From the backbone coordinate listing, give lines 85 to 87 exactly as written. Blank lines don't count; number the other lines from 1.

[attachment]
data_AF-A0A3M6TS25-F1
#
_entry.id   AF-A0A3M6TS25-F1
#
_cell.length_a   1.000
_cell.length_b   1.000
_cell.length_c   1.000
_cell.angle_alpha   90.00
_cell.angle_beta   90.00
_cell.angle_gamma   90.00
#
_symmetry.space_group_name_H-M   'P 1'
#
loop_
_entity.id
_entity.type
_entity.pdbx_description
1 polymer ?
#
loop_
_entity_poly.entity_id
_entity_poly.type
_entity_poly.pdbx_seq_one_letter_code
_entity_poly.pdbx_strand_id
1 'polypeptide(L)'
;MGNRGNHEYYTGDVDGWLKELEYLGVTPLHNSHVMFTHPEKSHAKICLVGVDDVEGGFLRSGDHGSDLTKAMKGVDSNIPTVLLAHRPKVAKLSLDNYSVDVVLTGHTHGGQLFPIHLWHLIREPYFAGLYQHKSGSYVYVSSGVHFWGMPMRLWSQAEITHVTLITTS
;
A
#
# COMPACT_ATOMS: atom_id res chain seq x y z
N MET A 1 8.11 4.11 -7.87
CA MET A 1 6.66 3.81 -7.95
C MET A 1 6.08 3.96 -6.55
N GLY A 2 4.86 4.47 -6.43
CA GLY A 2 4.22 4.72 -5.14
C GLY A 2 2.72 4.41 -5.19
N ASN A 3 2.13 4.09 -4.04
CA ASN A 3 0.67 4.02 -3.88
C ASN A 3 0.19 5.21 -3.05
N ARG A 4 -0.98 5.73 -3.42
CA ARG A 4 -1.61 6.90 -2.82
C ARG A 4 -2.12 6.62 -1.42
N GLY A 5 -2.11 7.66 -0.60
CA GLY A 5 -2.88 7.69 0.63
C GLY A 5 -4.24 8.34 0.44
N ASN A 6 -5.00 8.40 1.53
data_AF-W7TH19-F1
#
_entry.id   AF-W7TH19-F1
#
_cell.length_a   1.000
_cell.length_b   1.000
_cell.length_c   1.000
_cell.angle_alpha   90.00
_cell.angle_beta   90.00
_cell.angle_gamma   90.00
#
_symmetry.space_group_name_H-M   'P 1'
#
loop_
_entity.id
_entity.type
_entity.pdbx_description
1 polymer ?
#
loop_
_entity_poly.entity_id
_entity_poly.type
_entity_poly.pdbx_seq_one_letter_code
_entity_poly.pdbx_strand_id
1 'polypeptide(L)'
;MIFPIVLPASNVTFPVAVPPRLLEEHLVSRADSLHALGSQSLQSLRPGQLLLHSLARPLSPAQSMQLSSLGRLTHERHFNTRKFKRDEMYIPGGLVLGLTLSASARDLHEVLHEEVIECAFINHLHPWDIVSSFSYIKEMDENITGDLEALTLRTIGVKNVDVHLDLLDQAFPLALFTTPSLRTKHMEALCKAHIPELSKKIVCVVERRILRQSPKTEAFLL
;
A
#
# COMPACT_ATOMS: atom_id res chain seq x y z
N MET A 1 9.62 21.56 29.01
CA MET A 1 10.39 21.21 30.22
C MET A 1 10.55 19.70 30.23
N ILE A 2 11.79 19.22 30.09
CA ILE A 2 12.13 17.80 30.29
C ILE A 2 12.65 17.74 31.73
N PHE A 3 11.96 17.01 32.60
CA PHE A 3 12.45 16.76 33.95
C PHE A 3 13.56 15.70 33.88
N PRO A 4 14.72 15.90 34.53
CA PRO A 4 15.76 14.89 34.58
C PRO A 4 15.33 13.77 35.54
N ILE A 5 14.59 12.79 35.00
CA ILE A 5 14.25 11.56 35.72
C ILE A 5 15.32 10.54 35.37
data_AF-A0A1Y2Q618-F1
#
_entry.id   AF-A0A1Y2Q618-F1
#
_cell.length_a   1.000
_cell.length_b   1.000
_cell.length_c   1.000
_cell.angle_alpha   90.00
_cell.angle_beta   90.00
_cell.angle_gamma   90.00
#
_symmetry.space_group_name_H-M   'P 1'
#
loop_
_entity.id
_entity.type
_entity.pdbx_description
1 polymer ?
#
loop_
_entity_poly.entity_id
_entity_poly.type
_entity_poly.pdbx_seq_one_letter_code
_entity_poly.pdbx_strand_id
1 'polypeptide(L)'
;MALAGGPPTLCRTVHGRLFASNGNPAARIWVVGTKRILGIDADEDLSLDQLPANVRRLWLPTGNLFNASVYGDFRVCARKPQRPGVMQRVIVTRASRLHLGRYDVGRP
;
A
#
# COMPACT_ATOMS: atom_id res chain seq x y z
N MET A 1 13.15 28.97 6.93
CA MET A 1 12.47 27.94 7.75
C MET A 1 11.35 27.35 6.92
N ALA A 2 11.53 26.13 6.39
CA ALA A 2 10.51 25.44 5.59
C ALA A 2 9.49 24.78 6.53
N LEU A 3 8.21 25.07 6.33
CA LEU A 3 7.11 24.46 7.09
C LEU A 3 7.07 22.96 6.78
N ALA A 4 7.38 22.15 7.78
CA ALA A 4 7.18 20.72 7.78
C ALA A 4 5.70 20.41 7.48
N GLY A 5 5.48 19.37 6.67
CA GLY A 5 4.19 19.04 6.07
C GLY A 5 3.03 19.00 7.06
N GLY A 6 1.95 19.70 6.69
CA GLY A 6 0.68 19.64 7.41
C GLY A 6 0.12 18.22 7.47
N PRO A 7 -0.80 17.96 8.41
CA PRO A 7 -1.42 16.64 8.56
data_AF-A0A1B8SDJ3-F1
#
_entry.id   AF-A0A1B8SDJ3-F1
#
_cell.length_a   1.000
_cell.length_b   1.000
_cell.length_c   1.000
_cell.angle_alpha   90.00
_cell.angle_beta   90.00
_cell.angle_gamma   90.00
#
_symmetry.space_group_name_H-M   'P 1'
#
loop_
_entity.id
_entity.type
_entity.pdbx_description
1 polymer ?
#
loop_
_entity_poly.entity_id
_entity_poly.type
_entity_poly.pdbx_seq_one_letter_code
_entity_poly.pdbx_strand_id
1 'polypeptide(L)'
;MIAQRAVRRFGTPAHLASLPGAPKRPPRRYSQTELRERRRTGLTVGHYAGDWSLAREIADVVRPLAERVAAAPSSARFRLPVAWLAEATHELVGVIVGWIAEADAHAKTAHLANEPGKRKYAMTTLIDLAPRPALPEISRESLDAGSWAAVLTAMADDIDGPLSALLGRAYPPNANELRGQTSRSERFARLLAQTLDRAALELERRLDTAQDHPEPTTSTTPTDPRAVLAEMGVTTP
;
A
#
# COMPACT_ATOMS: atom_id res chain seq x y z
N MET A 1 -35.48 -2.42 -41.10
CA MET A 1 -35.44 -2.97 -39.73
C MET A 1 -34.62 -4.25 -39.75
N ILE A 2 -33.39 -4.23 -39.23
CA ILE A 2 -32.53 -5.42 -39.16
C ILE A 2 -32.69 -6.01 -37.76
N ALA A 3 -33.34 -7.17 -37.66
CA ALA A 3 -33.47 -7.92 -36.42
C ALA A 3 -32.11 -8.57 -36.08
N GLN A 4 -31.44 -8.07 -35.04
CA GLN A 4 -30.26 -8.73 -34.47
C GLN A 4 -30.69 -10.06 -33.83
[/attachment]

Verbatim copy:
C PHE A 3 13.56 15.70 33.88
N PRO A 4 14.72 15.90 34.53
CA PRO A 4 15.76 14.89 34.58